Frequent population declines, high dietary requirements for protein, and the low quality of proteins in agricultural grains led us to hypothesize that essential amino acid (EAA) deficiencies were common in northern bobwhite (Colinus virginianus) foods. We analyzed amino acid concentrations of 21 northern bobwhite foods and compared them with dietary requirements to derive values that reflected the foods' ability to meet daily bobwhite requirements of 10 EEAs. Despite adequate concentrations of crude protein, deficiencies of EAAs were detected in seeds of all species analyzed. Legumes offered the best mix of EAA, and grasses the poorest. Deficiencies of EEAs relative to maintenance requirements of adults ranged from 13% in legumes to 98% in grasses. About a third of the total nitrogen pool was composed of nonprotein nitrogen with values ranging from 25% for queensdelight stillingia (Stillingia sylvatica) to 44% for redroot amaranth (Amaranthus retroflexus). Computed biological values (ratio of EEA concentrations in seed protein to respective amounts in whole egg protein) ranged from 69 (netleaf hackberry [Celtis reticulata]) to 93 (erect dayflower [Commelina erecta] and woolly croton [Croton capitatus]). Amino acid profiles indicate forage quality better than crude protein estimates.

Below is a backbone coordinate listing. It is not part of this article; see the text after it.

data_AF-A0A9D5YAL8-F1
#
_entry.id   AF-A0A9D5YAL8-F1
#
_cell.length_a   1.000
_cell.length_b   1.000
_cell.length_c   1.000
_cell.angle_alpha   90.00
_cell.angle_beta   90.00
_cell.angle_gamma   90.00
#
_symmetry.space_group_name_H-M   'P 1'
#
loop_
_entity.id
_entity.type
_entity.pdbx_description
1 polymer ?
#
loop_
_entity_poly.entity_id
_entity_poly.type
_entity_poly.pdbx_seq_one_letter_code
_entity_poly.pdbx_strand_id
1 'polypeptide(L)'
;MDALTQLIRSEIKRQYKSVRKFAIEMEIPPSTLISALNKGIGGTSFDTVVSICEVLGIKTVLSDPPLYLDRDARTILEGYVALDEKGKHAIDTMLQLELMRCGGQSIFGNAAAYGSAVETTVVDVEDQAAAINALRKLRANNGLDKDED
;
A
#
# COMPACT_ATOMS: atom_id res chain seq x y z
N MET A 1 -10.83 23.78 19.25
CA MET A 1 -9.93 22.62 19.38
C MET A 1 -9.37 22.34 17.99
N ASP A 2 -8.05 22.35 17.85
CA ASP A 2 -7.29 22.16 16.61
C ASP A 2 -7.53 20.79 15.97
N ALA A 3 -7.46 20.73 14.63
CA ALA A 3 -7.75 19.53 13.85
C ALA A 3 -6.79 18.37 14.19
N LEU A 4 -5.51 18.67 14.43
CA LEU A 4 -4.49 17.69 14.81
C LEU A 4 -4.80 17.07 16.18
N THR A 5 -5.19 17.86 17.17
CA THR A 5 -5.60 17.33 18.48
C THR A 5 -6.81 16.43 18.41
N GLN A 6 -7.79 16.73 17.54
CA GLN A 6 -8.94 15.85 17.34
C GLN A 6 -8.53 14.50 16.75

Additional publication details
|Publication Subtype||Journal Article|
|Title||Essential amino acids in northern bobwhite foods|
|Series title||Journal of Wildlife Management|
|Contributing office(s)||Coop Res Unit Atlanta|
|Google Analytic Metrics||Metrics page|